Political dynasties in Ireland and abroad.

Political dynasties in Ireland and abroad.

By Eoin O’ Malley. When the French UMP selected Jean Sarközy to run the party in the wealthy suburb of Hauts-de-Seine, a region his father Nicolas dominated for two decades, many saw this as an attempt to start a new political dynasty. The protests at the then French president’s later attempt to install his son


Lone parents want to work.

Lone parents want to work.

By Mary Murphy. Changes to the One Parent Family Payment (OFP) are now coming to a head and are causing stress and panic  for many families. Over half a million people live in families headed by a lone parent. These families are much more likely to experience poverty and social exclusion. In 2013, 63% of

Leftism demands nationalism ahead of socialism.

Leftism demands nationalism ahead of socialism.

By Anthony Coughlan. In last month’s Village, Yanis Varoufakis, Finance Minister in Greece’s Syriza Government, was quoted as saying that it is “the Left’s historical duty, at this particular juncture, to stabilise capitalism, to save European capitalism from itself and from the inane handlers of the Eurozone’s inevitable crisis.” He said the Left in Europe


Siteserv in the media.

Siteserv in the media.

By Gerard Cunningham and Michael Smith. The agendas and non-agendas associated with Ireland’s most powerful media owner, Denis O’Brien, are so complex that Village decided to try to bring some loose science to bear from a survey of newspaper coverage and front pages. The latest round of the Siteserv story broke on 19 April when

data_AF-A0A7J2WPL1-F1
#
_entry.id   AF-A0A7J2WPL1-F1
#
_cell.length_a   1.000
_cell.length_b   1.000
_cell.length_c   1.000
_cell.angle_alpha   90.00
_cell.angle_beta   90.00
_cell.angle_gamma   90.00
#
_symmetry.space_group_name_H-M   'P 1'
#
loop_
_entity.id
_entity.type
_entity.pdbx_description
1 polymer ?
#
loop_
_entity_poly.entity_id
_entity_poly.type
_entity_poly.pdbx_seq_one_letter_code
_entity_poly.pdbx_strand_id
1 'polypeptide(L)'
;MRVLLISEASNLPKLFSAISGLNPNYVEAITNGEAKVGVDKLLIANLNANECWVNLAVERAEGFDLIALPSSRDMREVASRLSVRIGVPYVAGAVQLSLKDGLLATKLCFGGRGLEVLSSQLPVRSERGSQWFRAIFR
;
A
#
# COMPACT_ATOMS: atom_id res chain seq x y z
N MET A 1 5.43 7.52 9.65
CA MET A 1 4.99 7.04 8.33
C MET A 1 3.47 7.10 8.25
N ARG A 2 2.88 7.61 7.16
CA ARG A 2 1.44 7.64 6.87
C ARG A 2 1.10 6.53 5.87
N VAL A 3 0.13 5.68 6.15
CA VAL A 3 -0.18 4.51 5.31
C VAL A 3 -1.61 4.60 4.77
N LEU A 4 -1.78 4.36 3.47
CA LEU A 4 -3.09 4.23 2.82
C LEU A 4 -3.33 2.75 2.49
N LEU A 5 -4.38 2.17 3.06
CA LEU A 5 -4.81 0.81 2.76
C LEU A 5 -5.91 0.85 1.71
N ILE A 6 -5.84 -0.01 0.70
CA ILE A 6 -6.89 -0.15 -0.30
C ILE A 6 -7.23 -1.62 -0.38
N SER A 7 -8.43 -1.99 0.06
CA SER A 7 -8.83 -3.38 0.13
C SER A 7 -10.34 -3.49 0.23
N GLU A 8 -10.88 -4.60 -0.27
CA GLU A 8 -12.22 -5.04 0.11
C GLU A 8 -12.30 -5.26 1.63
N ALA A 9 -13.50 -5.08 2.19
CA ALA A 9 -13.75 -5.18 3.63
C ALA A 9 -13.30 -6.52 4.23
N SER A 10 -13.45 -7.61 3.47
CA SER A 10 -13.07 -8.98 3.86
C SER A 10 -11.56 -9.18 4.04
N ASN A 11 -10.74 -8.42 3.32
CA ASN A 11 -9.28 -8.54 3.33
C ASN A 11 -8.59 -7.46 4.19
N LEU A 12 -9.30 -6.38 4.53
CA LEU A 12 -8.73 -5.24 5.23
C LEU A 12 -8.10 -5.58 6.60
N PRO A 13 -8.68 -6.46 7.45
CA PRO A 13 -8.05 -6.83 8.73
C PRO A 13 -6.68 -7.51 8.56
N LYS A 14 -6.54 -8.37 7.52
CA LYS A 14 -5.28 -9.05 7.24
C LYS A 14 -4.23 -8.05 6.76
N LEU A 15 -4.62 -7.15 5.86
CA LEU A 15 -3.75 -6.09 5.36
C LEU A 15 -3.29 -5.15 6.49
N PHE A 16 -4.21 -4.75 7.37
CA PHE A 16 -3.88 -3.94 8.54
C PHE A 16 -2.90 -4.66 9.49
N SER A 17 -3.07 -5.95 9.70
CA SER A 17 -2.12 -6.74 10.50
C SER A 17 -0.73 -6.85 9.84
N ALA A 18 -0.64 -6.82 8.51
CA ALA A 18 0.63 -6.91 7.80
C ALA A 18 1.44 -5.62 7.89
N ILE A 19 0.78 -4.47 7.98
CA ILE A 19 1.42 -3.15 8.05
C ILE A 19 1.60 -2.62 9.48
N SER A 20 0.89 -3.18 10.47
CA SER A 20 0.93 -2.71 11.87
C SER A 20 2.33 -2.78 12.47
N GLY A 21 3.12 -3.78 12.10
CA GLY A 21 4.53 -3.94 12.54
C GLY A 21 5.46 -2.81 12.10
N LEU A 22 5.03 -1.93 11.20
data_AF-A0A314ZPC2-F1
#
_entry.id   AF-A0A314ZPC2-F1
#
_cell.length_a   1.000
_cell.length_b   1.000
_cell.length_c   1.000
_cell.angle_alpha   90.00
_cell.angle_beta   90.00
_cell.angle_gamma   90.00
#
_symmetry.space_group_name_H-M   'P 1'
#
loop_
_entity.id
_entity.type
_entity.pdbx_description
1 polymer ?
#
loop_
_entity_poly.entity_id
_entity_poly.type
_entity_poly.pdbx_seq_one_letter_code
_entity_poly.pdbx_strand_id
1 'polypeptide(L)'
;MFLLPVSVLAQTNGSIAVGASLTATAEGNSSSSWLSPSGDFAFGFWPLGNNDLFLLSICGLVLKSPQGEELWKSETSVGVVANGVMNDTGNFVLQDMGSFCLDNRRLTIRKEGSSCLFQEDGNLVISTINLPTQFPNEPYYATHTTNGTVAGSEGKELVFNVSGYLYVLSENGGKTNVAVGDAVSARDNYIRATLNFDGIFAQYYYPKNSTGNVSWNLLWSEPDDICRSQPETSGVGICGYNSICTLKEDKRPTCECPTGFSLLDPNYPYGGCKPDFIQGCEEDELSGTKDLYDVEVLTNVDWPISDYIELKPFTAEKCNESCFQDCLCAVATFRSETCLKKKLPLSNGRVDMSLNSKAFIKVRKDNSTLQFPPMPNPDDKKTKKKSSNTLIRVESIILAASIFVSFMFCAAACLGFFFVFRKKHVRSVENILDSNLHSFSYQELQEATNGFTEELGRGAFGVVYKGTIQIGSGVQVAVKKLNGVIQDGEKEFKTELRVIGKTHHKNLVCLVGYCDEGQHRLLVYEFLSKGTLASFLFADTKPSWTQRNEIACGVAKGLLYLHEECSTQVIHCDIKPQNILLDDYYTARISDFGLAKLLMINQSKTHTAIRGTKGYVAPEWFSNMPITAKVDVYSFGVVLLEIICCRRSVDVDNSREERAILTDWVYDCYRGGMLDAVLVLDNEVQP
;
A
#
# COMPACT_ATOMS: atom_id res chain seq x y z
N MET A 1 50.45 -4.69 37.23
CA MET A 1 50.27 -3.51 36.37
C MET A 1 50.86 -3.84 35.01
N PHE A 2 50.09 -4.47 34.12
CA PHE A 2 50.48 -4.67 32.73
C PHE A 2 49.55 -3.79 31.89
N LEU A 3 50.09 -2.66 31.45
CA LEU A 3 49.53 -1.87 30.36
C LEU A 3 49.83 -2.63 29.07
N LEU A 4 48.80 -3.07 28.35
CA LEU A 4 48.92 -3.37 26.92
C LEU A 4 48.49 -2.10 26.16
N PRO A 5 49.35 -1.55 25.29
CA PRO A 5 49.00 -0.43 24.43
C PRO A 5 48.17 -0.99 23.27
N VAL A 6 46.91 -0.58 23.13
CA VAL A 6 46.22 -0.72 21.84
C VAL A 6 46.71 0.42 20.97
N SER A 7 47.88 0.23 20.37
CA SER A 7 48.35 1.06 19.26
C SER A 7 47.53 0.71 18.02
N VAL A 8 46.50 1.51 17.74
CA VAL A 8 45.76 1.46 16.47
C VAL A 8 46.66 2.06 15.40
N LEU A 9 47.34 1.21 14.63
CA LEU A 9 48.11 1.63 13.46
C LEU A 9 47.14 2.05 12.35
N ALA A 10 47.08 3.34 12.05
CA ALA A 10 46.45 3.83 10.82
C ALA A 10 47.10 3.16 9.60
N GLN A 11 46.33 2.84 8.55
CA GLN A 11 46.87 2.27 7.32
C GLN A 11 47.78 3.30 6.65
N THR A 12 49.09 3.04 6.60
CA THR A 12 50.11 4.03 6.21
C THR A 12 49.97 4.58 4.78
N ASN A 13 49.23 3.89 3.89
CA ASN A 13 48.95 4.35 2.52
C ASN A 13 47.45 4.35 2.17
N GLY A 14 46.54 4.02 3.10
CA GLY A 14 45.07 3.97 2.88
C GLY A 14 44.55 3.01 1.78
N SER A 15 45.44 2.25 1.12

Pure Love and the Loss of Shame.

Pure Love and the Loss of Shame. Opinion

Coming from a country where there are no plans for marriage equality and stances toward gay unions are stifling, the mobilisation of supporters for marriage equality in Ireland has been humbling.


Radio is for old people.

Radio is for old people.

By Gerard Cunningham. Newspapers have grown used to the idea that they face an existential threat from the digital world, even if they haven’t quite figured out what to do about it.  But for a long time broadcasters, in particular radio,  thought they could be different. The truth is that, behind the chipper periodic press


What values underlie Irish foreign policy?

What values underlie Irish foreign policy?

By Lorna Gold. Academics, policymakers and NGOs met in early April at the Royal Irish Academy to examine how Ireland’s new foreign policy, ‘Global Island’, can be put into practice. The striking thing about this policy is an extraordinary clash between the two key sections: that on ‘Our Values’ which establishes a framework of values

After Aras Attracta, de-institutionalise!

After Aras Attracta, de-institutionalise!

By Niall Crowley. Political and media outrage is strangely hard to direct and seemingly impossible to sustain. There was a lot of it about, though, when ‘Prime Time’ did its exposé of Aras Attracta in Mayo and the inhumane treatment of people with intellectual disabilities there. The Taoiseach led the way with: ‘This was frightening,